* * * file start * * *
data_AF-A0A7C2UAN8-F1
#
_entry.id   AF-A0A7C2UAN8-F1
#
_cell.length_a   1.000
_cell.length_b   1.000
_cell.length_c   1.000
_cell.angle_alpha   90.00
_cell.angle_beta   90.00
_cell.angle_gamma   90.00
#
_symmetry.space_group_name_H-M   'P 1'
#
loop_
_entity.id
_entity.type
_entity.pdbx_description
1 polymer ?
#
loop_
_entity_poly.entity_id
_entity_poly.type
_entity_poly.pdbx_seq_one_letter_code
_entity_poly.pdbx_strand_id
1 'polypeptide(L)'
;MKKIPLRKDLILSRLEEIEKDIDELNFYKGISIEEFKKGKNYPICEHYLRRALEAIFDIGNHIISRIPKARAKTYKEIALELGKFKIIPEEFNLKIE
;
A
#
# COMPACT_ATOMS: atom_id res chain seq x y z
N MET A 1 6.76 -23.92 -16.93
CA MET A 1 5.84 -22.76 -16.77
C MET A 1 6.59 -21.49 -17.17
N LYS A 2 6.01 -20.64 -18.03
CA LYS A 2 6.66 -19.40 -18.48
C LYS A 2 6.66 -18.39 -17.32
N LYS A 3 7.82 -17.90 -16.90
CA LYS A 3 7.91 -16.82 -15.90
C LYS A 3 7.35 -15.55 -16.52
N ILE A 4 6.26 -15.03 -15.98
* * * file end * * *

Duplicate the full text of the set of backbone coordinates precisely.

data_AF-A0A7C2UAN8-F1
#
_entry.id   AF-A0A7C2UAN8-F1
#
_cell.length_a   1.000
_cell.length_b   1.000
_cell.length_c   1.000
_cell.angle_alpha   90.00
_cell.angle_beta   90.00
_cell.angle_gamma   90.00
#
_symmetry.space_group_name_H-M   'P 1'
#
loop_
_entity.id
_entity.type
_entity.pdbx_description
1 polymer ?
#
loop_
_entity_poly.entity_id
_entity_poly.type
_entity_poly.pdbx_seq_one_letter_code
_entity_poly.pdbx_strand_id
1 'polypeptide(L)'
;MKKIPLRKDLILSRLEEIEKDIDELNFYKGISIEEFKKGKNYPICEHYLRRALEAIFDIGNHIISRIPKARAKTYKEIALELGKFKIIPEEFNLKIE
;
A
#
# COMPACT_ATOMS: atom_id res chain seq x y z
N MET A 1 6.76 -23.92 -16.93
CA MET A 1 5.84 -22.76 -16.77
C MET A 1 6.59 -21.49 -17.17
N LYS A 2 6.01 -20.64 -18.03
CA LYS A 2 6.66 -19.40 -18.48
C LYS A 2 6.66 -18.39 -17.32
N LYS A 3 7.82 -17.90 -16.90
CA LYS A 3 7.91 -16.82 -15.90
C LYS A 3 7.35 -15.55 -16.52
N ILE A 4 6.26 -15.03 -15.98